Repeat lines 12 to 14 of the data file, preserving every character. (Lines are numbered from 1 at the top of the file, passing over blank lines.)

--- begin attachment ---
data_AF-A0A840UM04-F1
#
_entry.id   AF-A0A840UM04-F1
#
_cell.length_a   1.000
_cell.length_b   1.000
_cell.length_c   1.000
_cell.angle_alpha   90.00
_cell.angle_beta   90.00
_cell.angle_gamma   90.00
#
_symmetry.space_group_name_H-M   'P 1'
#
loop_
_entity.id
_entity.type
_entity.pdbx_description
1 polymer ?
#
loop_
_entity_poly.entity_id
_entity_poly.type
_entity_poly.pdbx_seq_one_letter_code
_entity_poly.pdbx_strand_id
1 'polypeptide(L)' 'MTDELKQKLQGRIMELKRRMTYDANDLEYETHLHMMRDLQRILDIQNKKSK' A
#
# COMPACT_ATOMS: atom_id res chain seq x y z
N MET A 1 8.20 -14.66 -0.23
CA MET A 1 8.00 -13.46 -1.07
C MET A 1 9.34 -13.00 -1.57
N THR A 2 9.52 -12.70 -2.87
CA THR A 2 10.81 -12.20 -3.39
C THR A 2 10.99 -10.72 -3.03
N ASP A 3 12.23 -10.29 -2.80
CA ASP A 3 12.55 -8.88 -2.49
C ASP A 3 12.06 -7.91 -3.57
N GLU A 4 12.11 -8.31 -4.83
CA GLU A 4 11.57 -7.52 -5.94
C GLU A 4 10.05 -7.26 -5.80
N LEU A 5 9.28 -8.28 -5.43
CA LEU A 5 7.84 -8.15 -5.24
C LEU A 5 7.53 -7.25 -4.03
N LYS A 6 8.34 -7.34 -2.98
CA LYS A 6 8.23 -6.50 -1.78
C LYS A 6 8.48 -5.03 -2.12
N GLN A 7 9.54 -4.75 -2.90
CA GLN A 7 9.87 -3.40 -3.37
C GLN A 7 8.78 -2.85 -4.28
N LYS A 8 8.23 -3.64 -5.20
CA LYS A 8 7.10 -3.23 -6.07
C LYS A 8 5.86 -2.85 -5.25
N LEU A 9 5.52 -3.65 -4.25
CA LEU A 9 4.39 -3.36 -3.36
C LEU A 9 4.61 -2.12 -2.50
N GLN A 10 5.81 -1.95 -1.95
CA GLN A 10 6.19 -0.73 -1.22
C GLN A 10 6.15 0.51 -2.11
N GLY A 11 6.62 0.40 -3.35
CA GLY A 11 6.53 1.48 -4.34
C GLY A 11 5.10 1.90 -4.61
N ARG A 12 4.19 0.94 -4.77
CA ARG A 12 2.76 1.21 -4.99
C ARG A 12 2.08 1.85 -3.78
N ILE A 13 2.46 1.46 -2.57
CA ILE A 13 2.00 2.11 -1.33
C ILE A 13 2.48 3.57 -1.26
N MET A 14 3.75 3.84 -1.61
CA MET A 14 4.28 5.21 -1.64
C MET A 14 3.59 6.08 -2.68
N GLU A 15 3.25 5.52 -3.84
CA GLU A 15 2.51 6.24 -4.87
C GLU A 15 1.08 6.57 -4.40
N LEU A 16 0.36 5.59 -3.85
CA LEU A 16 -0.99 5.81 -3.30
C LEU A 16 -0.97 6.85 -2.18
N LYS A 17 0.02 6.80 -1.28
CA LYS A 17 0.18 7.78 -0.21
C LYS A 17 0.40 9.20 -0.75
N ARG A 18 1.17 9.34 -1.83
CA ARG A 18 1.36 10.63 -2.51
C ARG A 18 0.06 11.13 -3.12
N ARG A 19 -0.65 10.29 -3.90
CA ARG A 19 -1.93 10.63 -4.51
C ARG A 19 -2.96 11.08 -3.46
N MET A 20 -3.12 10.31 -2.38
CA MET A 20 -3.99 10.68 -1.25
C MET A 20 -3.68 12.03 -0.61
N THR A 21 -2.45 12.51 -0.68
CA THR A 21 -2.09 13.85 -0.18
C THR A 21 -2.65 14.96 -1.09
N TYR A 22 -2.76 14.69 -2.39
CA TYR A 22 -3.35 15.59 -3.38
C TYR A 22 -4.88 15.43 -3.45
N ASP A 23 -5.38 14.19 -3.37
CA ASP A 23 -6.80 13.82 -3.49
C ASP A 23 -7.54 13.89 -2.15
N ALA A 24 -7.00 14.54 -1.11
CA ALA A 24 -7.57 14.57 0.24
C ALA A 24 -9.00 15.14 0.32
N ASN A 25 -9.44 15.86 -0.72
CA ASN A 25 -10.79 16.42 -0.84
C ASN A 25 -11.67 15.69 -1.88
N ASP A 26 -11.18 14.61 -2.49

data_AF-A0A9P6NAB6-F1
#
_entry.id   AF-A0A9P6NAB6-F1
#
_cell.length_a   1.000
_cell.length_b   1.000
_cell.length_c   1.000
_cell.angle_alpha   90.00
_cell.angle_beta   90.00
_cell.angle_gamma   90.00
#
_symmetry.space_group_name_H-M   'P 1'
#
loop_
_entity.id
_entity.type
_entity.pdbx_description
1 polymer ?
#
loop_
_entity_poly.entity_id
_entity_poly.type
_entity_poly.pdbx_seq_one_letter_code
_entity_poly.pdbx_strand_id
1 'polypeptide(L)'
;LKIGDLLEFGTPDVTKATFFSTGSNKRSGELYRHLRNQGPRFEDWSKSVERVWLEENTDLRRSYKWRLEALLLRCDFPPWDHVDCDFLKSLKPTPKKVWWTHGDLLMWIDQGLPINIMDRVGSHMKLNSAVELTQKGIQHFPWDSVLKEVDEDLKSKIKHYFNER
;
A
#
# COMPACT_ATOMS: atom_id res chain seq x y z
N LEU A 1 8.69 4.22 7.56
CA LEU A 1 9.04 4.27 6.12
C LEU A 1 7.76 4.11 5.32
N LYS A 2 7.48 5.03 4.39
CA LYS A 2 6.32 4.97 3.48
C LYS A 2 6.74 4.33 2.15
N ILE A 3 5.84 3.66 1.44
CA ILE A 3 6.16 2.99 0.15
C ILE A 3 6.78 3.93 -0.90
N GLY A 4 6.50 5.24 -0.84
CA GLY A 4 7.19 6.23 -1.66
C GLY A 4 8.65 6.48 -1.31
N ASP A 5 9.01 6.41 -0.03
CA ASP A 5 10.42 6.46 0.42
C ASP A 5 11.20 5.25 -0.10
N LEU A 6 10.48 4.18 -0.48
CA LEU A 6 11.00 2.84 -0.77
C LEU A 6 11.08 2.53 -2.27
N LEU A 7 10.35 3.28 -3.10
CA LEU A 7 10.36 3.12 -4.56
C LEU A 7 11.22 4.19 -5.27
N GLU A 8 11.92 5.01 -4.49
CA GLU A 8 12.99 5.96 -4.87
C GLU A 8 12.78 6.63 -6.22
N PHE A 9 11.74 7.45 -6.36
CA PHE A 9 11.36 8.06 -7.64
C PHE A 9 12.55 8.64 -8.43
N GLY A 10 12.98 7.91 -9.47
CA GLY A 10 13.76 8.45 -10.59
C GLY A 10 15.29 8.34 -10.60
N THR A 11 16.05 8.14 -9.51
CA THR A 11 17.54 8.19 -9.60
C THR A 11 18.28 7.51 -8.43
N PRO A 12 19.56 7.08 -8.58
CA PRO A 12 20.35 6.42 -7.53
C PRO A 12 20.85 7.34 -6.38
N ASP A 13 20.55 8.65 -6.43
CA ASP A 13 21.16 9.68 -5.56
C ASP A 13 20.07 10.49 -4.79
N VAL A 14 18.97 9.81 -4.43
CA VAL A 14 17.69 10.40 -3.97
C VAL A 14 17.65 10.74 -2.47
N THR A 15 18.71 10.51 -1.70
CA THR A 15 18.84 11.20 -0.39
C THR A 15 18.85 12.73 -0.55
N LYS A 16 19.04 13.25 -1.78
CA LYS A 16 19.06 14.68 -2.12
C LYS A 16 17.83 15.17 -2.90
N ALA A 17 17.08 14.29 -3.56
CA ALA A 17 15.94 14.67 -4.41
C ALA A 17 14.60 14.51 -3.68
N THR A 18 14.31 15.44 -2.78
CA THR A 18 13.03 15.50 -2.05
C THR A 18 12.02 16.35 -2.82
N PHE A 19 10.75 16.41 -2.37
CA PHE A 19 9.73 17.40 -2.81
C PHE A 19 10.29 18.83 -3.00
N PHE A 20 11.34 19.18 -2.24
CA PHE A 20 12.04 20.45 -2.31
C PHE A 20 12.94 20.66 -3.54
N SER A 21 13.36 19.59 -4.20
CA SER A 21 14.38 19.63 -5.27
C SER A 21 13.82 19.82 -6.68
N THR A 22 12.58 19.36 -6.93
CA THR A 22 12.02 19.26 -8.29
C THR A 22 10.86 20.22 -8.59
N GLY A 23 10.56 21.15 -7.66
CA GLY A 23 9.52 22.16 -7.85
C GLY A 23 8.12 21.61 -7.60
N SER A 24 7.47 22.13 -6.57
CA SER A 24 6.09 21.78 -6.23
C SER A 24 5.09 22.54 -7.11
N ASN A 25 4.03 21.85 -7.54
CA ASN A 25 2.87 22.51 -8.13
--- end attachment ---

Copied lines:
_symmetry.space_group_name_H-M   'P 1'
#
loop_